On Sunday night, the Sacramento County Office of Emergency Services ordered residents in unincorporated Wilton, which has a population of more than 6,200, to evacuate immediately.
“Flooding is imminent,” the order said. “Out of an abundance of caution, residents must leave now before roads become impassable. Rising water may spill over onto the nearest roadways and cut off access to leave the area.”
The office also warned of strong winds in the Wilton community, southeast of the city of Sacramento.
Santa Barbara County issued an immediate evacuation order to the entire Montecito community Monday. The Montecito Fire Department’s website crashed because of high traffic following the order.
“Please stay tuned to our social media channels for updates,” the department tweeted.
Santa Cruz County officials issued an evacuation warning for certain areas, noting that heavy rains and runoff were expected starting Sunday evening through Tuesday. Residents in low-lying areas were told they should be prepared to evacuate and move to higher ground.
The warnings come as California continues to grapple with deadly severe weather. At least six people have died since New Year’s weekend, including a toddler killed after a redwood tree fell, crushing a mobile home in Northern California.
More than 100,000 utility customers in California were also left without power Sunday evening after torrential downpours and high winds battered the northern part of the state.
As of early Monday, the number had grown to more than 111,500 utility customers without power, according to the online outage tracker PowerOutage.us.
California utility company PG&E said at a news conference it has been trying to prepare for the storms since before New Year’s Eve and are working diligently to return power to customers. Adam Wright, PG&E’s chief operating officer, called it their largest response to a storm to date.
But it might take time to assess and repair the damage caused by the “historic series of storms,” Wright warned.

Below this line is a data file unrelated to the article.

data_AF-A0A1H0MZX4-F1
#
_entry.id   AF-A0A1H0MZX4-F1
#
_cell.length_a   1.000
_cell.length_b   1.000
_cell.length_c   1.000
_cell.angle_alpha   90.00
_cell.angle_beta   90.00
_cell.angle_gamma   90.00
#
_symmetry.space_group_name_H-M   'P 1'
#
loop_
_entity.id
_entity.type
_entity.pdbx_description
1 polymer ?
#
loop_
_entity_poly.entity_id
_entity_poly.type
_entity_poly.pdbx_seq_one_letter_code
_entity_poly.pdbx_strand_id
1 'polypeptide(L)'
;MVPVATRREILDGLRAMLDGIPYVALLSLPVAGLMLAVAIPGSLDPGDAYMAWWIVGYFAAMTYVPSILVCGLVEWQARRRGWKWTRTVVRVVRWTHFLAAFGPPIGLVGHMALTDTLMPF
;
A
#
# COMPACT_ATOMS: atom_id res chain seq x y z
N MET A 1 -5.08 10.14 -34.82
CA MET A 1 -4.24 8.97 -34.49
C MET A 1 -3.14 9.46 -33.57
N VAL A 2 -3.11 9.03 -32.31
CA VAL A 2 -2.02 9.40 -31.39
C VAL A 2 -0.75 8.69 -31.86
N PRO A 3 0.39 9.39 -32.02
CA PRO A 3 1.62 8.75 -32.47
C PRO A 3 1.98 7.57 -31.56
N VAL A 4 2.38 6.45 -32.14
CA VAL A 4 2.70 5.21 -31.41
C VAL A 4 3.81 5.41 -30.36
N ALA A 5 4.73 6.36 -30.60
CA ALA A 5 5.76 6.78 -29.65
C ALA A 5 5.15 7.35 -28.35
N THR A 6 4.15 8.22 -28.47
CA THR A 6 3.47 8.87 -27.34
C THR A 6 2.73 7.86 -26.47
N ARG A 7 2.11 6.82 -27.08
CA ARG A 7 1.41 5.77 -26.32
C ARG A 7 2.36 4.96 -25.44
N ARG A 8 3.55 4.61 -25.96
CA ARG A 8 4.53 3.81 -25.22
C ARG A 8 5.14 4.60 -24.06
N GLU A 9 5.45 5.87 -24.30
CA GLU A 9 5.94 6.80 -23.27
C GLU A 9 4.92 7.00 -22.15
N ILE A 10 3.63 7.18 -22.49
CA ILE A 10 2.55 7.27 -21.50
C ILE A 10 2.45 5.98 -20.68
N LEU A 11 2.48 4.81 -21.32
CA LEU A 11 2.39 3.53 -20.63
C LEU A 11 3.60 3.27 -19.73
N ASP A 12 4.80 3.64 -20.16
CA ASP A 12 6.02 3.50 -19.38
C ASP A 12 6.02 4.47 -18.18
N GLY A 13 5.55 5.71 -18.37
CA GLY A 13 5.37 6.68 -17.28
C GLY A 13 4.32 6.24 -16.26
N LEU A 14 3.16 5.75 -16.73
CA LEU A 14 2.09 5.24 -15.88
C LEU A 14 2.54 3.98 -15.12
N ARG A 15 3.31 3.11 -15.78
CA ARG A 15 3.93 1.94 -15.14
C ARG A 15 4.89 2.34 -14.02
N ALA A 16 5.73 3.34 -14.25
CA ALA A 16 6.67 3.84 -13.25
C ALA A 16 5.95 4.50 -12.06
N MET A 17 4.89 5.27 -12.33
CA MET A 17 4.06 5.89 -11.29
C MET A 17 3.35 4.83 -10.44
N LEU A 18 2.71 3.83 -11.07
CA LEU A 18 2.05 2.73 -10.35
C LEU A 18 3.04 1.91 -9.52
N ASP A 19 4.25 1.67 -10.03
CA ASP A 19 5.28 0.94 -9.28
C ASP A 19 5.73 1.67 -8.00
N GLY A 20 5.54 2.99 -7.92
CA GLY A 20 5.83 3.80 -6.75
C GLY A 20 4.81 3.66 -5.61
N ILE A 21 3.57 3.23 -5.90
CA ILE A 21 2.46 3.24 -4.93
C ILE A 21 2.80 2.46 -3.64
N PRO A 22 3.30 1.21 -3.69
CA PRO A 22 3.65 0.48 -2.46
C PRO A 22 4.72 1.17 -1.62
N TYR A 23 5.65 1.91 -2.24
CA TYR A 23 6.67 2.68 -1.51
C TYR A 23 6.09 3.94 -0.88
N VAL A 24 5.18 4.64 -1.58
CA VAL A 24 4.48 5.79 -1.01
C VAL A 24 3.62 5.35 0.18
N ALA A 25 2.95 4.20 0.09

“Trees weakened by the drought and saturated soil have come down. flooding and mudslides have affected many areas,” Wright said. “This has created a double whammy if you will a loss of power from downed wires and poles and restricted access to make assessments and repairs.”
Gov. Gavin Newsom declared a state of emergency Wednesday as California was pounded by heavy rain and snow, causing flooding across the state. The declaration allows local jurisdictions and state agencies to respond to the changing weather more quickly.
Climate change has made extreme precipitation in California twice as likely, with extreme weather predicted to generate 200% to 400% of surface runoff, rainwater that cannot be absorbed by soil, by the end of the century, according to research by the UCLA environment and sustainability department.
Wade Crowfoot, the state secretary of natural resources, said Sunday that January’s weather has been “supercharged by climate change.”
Over the coming days, the Sierra Nevada is expected to see heavy snow exceeding 6 feet across higher elevations before snowfall winds down Wednesday morning, according to the weather service.
Extremely heavy snow and intense snowfall rates in higher terrain parts of the Sierra Nevada are expected to make travel very dangerous and potentially impossible at times, it said, warning drivers to prepare for possible road closures.
Accumulating snow could also increase the threat of avalanches and put a strain on infrastructure, while gusty winds could lead to downed trees and further power outages in the state, it said.
“Residents and visitors across this region are advised to check their local forecast, never drive across flooded roadways (Turn Around Don’t Drown!), and have both an emergency kit and evacuation plan in place,” the weather service said.
CORRECTION (Jan. 9, 2023, 8:40 a.m. ET): A previous version of this article misstated the last name of California’s natural resources secretary. He is Wade Crowfoot, not Crawford.
Leila Sackur, Doha madani and The Associated Press contributed.